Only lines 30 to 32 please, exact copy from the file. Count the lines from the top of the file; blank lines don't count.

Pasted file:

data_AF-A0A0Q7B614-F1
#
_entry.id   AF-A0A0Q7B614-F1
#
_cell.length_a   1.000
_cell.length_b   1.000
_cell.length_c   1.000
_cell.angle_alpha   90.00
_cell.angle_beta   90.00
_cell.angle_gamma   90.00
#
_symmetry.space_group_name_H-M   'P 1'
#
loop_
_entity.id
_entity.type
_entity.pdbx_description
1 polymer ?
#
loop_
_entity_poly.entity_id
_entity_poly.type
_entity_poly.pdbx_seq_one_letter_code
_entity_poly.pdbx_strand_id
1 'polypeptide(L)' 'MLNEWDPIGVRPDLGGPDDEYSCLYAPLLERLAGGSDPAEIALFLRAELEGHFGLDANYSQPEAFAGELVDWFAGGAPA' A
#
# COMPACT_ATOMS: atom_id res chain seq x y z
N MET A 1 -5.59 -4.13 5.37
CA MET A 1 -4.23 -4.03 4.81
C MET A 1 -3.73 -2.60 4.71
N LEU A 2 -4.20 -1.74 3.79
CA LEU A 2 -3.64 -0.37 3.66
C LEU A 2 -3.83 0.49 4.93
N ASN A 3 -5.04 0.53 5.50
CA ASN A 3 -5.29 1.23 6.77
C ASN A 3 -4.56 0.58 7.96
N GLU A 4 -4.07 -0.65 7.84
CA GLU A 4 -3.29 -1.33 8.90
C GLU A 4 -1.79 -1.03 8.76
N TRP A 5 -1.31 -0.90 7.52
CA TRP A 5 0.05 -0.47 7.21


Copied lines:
C MET A 1 -3.73 -2.60 4.71
N LEU A 2 -4.20 -1.74 3.79
CA LEU A 2 -3.64 -0.37 3.66